than less. But in any case, it was critical to the company that we deliver the first game at IR1 with requisite quality. They then presented the "roadmap" which they had developed, based on the outcome of the release planning session (see Figure 5).
This "plan" sure didn't have much detail and it still wasn't clear what they were going to release to the market and when, but it was clear to me and my team what we had better be doing and we wanted to get the heck back to the office and start now!
But, before adjournment, Jan and Bill had a few parting comments.
Bill noted that he was asking each team lead to start attend a daily "integration Scrum" that would be held after the daily stand-ups. Since the time schedules varied, this conference call would be held every day at noon Central time. At this meeting, each team was to discuss the current status of its project and to note and resolve any impediments that would prevent the teams from landing the iteration. Since I was an agile team lead, I would be attending, and while this was news to me, it did make sense as I had a number of dependencies on other teams. He committed to the meeting only lasting from 15 to 30 minutes each day.
Jan noted that a release steering committee had been formed, consisting of herself, a number of other managers and directors, and the heads of QA and product management. The release steering committee was going to meet weekly, and would be monitoring the progress of the release and communicating status, any changes of scope, or other issues back to the teams through the integration Scrums and managers. Since the first major check point would be in the two weeks (at the end of the first iteration) she noted that we would have an objective measure of what we had accomplished (i.e., we either did or did not meet the objectives of the first one-third of the plan) and whether we were tracking to the overall IR1 objectives.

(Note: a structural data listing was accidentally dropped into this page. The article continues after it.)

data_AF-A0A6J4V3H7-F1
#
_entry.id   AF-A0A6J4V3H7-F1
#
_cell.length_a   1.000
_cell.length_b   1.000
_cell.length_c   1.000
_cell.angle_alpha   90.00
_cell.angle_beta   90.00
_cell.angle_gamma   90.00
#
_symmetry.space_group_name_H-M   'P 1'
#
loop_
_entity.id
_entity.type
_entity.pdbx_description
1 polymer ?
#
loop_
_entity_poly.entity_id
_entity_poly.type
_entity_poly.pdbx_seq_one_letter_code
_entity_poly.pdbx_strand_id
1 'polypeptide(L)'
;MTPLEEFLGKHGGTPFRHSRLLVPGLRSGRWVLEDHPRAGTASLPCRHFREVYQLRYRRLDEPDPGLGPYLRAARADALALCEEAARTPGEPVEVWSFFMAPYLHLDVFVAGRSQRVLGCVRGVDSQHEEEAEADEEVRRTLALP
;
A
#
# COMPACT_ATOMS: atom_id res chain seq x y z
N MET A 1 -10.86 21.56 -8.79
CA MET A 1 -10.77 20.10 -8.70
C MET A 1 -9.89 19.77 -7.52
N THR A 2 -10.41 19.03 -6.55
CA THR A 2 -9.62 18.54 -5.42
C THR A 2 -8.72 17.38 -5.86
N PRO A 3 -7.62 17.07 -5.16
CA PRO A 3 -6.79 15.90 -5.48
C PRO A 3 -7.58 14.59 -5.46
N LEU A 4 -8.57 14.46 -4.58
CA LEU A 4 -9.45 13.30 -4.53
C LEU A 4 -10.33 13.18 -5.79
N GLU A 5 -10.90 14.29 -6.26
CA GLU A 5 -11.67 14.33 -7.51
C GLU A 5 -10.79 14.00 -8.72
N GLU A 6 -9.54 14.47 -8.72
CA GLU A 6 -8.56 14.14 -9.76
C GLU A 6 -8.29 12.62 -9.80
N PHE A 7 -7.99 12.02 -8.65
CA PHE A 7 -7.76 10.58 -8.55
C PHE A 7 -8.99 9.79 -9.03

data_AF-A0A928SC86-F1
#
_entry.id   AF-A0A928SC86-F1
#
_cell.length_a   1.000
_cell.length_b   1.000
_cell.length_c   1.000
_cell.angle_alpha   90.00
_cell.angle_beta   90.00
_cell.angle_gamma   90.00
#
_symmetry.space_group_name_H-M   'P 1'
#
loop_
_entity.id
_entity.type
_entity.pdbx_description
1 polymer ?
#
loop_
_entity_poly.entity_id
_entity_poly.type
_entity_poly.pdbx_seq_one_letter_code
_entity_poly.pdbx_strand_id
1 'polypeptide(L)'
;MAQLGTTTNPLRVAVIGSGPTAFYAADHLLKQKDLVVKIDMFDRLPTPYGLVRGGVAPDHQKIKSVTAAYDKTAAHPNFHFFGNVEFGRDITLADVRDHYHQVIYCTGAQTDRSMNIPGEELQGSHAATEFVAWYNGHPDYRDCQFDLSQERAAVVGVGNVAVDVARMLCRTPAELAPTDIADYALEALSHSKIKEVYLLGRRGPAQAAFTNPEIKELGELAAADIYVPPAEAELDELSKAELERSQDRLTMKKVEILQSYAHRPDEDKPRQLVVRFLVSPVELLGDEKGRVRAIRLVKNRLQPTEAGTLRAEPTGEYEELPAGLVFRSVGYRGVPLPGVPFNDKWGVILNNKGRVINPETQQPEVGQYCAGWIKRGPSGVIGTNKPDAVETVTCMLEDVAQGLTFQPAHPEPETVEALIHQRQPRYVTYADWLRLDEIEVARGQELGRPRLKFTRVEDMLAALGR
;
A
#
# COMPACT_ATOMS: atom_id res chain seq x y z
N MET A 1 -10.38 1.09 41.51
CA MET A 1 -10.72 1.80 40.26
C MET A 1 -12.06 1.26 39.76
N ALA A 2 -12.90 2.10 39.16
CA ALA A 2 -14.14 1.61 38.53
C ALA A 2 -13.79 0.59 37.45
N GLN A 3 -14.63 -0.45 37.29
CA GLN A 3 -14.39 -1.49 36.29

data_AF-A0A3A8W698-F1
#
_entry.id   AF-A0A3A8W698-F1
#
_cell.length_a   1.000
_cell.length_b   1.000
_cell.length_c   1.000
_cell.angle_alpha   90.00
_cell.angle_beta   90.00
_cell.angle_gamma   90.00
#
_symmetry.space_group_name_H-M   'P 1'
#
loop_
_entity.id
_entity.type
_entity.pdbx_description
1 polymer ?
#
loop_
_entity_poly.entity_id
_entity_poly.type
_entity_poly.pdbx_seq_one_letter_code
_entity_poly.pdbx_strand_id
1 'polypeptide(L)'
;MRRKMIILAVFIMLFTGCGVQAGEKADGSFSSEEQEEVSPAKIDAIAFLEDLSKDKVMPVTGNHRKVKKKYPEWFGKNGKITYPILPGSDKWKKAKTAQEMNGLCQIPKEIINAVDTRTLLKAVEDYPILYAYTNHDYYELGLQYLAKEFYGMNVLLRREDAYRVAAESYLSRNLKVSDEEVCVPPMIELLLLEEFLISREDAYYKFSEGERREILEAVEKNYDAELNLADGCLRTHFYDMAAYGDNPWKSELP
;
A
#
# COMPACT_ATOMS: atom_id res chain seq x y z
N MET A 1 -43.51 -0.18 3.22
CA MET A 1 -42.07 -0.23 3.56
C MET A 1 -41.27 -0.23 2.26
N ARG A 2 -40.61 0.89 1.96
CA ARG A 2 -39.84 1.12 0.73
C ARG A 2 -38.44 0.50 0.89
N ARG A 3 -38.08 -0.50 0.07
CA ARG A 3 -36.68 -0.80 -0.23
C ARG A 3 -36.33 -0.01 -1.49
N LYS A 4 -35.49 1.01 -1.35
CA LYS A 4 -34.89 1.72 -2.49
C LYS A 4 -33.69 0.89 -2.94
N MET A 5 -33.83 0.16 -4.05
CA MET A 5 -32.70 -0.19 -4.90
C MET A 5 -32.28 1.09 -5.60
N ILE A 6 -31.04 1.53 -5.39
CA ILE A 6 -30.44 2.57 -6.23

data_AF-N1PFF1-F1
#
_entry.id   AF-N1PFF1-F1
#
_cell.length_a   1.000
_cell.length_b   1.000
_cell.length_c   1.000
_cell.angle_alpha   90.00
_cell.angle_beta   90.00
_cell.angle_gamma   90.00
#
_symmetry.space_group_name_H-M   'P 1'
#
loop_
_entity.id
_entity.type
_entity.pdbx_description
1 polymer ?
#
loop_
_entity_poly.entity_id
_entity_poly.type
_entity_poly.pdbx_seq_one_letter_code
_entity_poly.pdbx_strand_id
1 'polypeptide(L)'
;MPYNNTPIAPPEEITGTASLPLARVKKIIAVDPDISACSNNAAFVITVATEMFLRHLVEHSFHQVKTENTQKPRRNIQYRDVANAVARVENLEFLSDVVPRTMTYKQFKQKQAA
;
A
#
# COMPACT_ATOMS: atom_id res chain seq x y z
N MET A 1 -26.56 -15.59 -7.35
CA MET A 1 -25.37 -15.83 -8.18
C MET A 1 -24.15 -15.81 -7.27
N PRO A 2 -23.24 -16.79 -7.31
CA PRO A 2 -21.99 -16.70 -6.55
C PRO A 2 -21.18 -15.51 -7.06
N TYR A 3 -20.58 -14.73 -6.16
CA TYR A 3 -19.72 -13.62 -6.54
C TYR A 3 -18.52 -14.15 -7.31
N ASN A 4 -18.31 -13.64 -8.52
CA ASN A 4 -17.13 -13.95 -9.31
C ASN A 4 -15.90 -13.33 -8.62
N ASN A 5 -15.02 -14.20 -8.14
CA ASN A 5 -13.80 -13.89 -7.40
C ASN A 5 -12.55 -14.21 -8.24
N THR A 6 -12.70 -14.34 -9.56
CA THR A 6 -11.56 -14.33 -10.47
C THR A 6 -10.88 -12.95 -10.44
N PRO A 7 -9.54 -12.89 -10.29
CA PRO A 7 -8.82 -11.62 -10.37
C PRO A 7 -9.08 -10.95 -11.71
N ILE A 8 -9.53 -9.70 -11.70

Jan thanked us for all our time and hard efforts going into the meeting and said that she appreciated our commitment to the release objectives.
Hmmm, I thought to myself - team empowerment, challenge, visibility, and shared commitment - I think I'm starting to get this agile thing now .................
About the Author
Dean Leffingwell is an entrepreneur, software executive, and technical author who provides product strategy, business advisory services and enterprise-level agility coaching to large software enterprises. Recently, Mr. Leffingwell was founder and CEO of a consumer marketing identity company. Mr. Leffingwell has also served as chief methodologist to Rally Software and formerly served as Vice President of Rational Software, now IBM's Rational Division. Mr. Leffingwell has been a student, coach, and author of contemporary software engineering and software development management practices throughout his career. His latest book, Scaling Software Agility : Best Practices for the Large Enterprises was published by Addison-Wesley in 2007. He is also the lead author of the text Managing Software Requirements, First and Second Editions, also from Addison-Wesley. Mr. Leffingwell holds a Masters Degree in Engineering from the University of Colorado.